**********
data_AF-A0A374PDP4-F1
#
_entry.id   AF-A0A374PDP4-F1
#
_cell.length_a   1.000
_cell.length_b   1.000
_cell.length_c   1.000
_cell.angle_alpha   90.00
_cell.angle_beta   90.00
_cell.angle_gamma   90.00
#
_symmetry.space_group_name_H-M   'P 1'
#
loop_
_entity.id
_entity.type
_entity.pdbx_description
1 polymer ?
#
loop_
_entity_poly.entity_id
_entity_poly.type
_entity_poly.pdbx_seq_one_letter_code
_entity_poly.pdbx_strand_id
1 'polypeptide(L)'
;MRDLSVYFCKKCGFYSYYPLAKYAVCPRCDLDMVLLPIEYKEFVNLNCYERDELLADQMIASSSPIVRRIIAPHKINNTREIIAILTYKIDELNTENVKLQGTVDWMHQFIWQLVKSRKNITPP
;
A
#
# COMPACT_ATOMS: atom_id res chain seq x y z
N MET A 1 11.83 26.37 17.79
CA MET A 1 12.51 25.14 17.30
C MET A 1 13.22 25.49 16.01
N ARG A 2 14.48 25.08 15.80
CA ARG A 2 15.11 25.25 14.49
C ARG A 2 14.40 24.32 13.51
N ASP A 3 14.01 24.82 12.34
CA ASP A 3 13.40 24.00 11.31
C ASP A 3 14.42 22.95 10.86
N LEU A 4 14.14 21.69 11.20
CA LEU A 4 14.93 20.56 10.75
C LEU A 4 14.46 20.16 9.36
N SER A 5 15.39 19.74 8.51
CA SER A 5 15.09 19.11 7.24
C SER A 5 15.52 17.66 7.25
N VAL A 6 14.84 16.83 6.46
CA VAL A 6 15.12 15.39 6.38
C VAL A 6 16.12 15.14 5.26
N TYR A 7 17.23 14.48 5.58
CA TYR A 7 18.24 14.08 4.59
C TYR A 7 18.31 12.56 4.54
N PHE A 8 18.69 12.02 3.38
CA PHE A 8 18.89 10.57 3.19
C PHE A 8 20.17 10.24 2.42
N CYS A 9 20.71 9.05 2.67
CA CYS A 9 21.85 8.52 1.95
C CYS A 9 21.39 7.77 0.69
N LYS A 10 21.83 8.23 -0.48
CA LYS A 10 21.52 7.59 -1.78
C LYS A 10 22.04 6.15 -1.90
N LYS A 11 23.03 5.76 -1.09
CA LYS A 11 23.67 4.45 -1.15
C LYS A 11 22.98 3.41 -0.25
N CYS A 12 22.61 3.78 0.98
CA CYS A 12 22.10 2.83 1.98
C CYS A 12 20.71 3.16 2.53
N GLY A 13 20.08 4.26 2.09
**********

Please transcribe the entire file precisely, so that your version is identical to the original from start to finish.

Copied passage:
data_AF-A0A374PDP4-F1
#
_entry.id   AF-A0A374PDP4-F1
#
_cell.length_a   1.000
_cell.length_b   1.000
_cell.length_c   1.000
_cell.angle_alpha   90.00
_cell.angle_beta   90.00
_cell.angle_gamma   90.00
#
_symmetry.space_group_name_H-M   'P 1'
#
loop_
_entity.id
_entity.type
_entity.pdbx_description
1 polymer ?
#
loop_
_entity_poly.entity_id
_entity_poly.type
_entity_poly.pdbx_seq_one_letter_code
_entity_poly.pdbx_strand_id
1 'polypeptide(L)'
;MRDLSVYFCKKCGFYSYYPLAKYAVCPRCDLDMVLLPIEYKEFVNLNCYERDELLADQMIASSSPIVRRIIAPHKINNTREIIAILTYKIDELNTENVKLQGTVDWMHQFIWQLVKSRKNITPP
;
A
#
# COMPACT_ATOMS: atom_id res chain seq x y z
N MET A 1 11.83 26.37 17.79
CA MET A 1 12.51 25.14 17.30
C MET A 1 13.22 25.49 16.01
N ARG A 2 14.48 25.08 15.80
CA ARG A 2 15.11 25.25 14.49
C ARG A 2 14.40 24.32 13.51
N ASP A 3 14.01 24.82 12.34
CA ASP A 3 13.40 24.00 11.31
C ASP A 3 14.42 22.95 10.86
N LEU A 4 14.14 21.69 11.20
CA LEU A 4 14.93 20.56 10.75
C LEU A 4 14.46 20.16 9.36
N SER A 5 15.39 19.74 8.51
CA SER A 5 15.09 19.11 7.24
C SER A 5 15.52 17.66 7.25
N VAL A 6 14.84 16.83 6.46
CA VAL A 6 15.12 15.39 6.38
C VAL A 6 16.12 15.14 5.26
N TYR A 7 17.23 14.48 5.58
CA TYR A 7 18.24 14.08 4.59
C TYR A 7 18.31 12.56 4.54
N PHE A 8 18.69 12.02 3.38
CA PHE A 8 18.89 10.57 3.19
C PHE A 8 20.17 10.24 2.42
N CYS A 9 20.71 9.05 2.67
CA CYS A 9 21.85 8.52 1.95
C CYS A 9 21.39 7.77 0.69
N LYS A 10 21.83 8.23 -0.48
CA LYS A 10 21.52 7.59 -1.78
C LYS A 10 22.04 6.15 -1.90
N LYS A 11 23.03 5.76 -1.09
CA LYS A 11 23.67 4.45 -1.15
C LYS A 11 22.98 3.41 -0.25
N CYS A 12 22.61 3.78 0.98
CA CYS A 12 22.10 2.83 1.98
C CYS A 12 20.71 3.16 2.53
N GLY A 13 20.08 4.26 2.09